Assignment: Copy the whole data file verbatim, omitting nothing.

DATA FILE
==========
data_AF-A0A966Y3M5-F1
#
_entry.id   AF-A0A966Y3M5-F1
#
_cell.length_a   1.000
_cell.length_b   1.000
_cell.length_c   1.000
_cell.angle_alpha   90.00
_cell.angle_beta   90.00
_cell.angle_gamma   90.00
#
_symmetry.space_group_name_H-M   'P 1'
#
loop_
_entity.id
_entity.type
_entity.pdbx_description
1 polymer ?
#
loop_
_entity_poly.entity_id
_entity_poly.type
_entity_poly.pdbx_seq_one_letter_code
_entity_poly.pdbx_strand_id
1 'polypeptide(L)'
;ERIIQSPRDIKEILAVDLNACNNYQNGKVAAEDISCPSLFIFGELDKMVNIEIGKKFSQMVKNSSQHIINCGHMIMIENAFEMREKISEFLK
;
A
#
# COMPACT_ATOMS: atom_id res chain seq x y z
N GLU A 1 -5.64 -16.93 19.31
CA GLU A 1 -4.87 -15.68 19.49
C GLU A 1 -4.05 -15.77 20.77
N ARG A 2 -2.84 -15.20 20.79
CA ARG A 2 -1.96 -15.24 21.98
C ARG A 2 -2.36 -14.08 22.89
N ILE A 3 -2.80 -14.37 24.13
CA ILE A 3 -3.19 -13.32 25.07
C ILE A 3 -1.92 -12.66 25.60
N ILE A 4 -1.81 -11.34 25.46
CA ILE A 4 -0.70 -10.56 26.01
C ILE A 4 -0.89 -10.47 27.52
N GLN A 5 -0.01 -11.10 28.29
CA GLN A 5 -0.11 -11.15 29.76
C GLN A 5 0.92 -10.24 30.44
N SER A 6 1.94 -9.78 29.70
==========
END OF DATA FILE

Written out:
data_AF-A0A966Y3M5-F1
#
_entry.id   AF-A0A966Y3M5-F1
#
_cell.length_a   1.000
_cell.length_b   1.000
_cell.length_c   1.000
_cell.angle_alpha   90.00
_cell.angle_beta   90.00
_cell.angle_gamma   90.00
#
_symmetry.space_group_name_H-M   'P 1'
#
loop_
_entity.id
_entity.type
_entity.pdbx_description
1 polymer ?
#
loop_
_entity_poly.entity_id
_entity_poly.type
_entity_poly.pdbx_seq_one_letter_code
_entity_poly.pdbx_strand_id
1 'polypeptide(L)'
;ERIIQSPRDIKEILAVDLNACNNYQNGKVAAEDISCPSLFIFGELDKMVNIEIGKKFSQMVKNSSQHIINCGHMIMIENAFEMREKISEFLK
;
A
#
# COMPACT_ATOMS: atom_id res chain seq x y z
N GLU A 1 -5.64 -16.93 19.31
CA GLU A 1 -4.87 -15.68 19.49
C GLU A 1 -4.05 -15.77 20.77
N ARG A 2 -2.84 -15.20 20.79
CA ARG A 2 -1.96 -15.24 21.98
C ARG A 2 -2.36 -14.08 22.89
N ILE A 3 -2.80 -14.37 24.13
CA ILE A 3 -3.19 -13.32 25.07
C ILE A 3 -1.92 -12.66 25.60
N ILE A 4 -1.81 -11.34 25.46
CA ILE A 4 -0.70 -10.56 26.01
C ILE A 4 -0.89 -10.47 27.52
N GLN A 5 -0.01 -11.10 28.29
CA GLN A 5 -0.11 -11.15 29.76
C GLN A 5 0.92 -10.24 30.44
N SER A 6 1.94 -9.78 29.70